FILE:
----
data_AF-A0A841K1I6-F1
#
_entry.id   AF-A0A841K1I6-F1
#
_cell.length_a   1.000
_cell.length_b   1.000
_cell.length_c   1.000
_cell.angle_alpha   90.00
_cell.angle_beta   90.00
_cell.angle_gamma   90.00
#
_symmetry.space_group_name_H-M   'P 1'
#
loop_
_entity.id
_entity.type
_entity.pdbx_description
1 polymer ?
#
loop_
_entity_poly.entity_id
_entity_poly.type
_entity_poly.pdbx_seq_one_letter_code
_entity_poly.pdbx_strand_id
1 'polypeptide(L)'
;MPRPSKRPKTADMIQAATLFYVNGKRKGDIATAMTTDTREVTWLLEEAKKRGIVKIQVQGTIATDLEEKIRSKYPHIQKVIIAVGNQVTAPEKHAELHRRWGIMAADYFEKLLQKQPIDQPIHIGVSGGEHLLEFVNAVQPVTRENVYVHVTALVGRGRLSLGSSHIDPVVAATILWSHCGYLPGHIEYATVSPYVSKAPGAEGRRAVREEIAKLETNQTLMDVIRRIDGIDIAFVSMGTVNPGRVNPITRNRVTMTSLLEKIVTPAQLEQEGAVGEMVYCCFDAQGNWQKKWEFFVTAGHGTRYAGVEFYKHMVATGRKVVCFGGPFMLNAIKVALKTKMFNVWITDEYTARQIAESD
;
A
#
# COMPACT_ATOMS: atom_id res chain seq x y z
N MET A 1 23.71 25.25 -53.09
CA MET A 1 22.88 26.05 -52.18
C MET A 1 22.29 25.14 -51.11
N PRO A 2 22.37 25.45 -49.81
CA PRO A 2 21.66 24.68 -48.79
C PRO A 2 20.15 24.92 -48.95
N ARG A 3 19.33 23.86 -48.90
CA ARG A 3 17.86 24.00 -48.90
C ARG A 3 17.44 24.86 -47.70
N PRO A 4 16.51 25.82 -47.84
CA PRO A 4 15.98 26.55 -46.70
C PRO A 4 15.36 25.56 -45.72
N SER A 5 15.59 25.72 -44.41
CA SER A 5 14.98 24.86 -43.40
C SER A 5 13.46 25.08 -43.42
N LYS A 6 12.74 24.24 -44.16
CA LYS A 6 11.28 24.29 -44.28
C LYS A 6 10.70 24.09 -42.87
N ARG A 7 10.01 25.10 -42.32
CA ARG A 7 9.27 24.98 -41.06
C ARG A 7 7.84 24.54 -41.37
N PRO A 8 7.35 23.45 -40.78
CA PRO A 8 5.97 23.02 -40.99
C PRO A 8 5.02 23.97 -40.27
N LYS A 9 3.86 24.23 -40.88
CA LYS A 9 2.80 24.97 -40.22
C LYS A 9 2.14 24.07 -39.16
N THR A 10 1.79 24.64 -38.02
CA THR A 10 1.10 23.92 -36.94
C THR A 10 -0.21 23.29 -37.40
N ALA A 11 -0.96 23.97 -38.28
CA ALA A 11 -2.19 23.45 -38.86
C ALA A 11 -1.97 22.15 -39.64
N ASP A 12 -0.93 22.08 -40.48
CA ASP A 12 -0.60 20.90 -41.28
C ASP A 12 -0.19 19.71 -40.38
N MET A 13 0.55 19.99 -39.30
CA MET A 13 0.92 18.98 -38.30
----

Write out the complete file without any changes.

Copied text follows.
data_AF-A0A841K1I6-F1
#
_entry.id   AF-A0A841K1I6-F1
#
_cell.length_a   1.000
_cell.length_b   1.000
_cell.length_c   1.000
_cell.angle_alpha   90.00
_cell.angle_beta   90.00
_cell.angle_gamma   90.00
#
_symmetry.space_group_name_H-M   'P 1'
#
loop_
_entity.id
_entity.type
_entity.pdbx_description
1 polymer ?
#
loop_
_entity_poly.entity_id
_entity_poly.type
_entity_poly.pdbx_seq_one_letter_code
_entity_poly.pdbx_strand_id
1 'polypeptide(L)'
;MPRPSKRPKTADMIQAATLFYVNGKRKGDIATAMTTDTREVTWLLEEAKKRGIVKIQVQGTIATDLEEKIRSKYPHIQKVIIAVGNQVTAPEKHAELHRRWGIMAADYFEKLLQKQPIDQPIHIGVSGGEHLLEFVNAVQPVTRENVYVHVTALVGRGRLSLGSSHIDPVVAATILWSHCGYLPGHIEYATVSPYVSKAPGAEGRRAVREEIAKLETNQTLMDVIRRIDGIDIAFVSMGTVNPGRVNPITRNRVTMTSLLEKIVTPAQLEQEGAVGEMVYCCFDAQGNWQKKWEFFVTAGHGTRYAGVEFYKHMVATGRKVVCFGGPFMLNAIKVALKTKMFNVWITDEYTARQIAESD
;
A
#
# COMPACT_ATOMS: atom_id res chain seq x y z
N MET A 1 23.71 25.25 -53.09
CA MET A 1 22.88 26.05 -52.18
C MET A 1 22.29 25.14 -51.11
N PRO A 2 22.37 25.45 -49.81
CA PRO A 2 21.66 24.68 -48.79
C PRO A 2 20.15 24.92 -48.95
N ARG A 3 19.33 23.86 -48.90
CA ARG A 3 17.86 24.00 -48.90
C ARG A 3 17.44 24.86 -47.70
N PRO A 4 16.51 25.82 -47.84
CA PRO A 4 15.98 26.55 -46.70
C PRO A 4 15.36 25.56 -45.72
N SER A 5 15.59 25.72 -44.41
CA SER A 5 14.98 24.86 -43.40
C SER A 5 13.46 25.08 -43.42
N LYS A 6 12.74 24.24 -44.16
CA LYS A 6 11.28 24.29 -44.28
C LYS A 6 10.70 24.09 -42.87
N ARG A 7 10.01 25.10 -42.32
CA ARG A 7 9.27 24.98 -41.06
C ARG A 7 7.84 24.54 -41.37
N PRO A 8 7.35 23.45 -40.78
CA PRO A 8 5.97 23.02 -40.99
C PRO A 8 5.02 23.97 -40.27
N LYS A 9 3.86 24.23 -40.88
CA LYS A 9 2.80 24.97 -40.22
C LYS A 9 2.14 24.07 -39.16
N THR A 10 1.79 24.64 -38.02
CA THR A 10 1.10 23.92 -36.94
C THR A 10 -0.21 23.29 -37.40
N ALA A 11 -0.96 23.97 -38.28
CA ALA A 11 -2.19 23.45 -38.86
C ALA A 11 -1.97 22.15 -39.64
N ASP A 12 -0.93 22.08 -40.48
CA ASP A 12 -0.60 20.90 -41.28
C ASP A 12 -0.19 19.71 -40.38
N MET A 13 0.55 19.99 -39.30
CA MET A 13 0.92 18.98 -38.30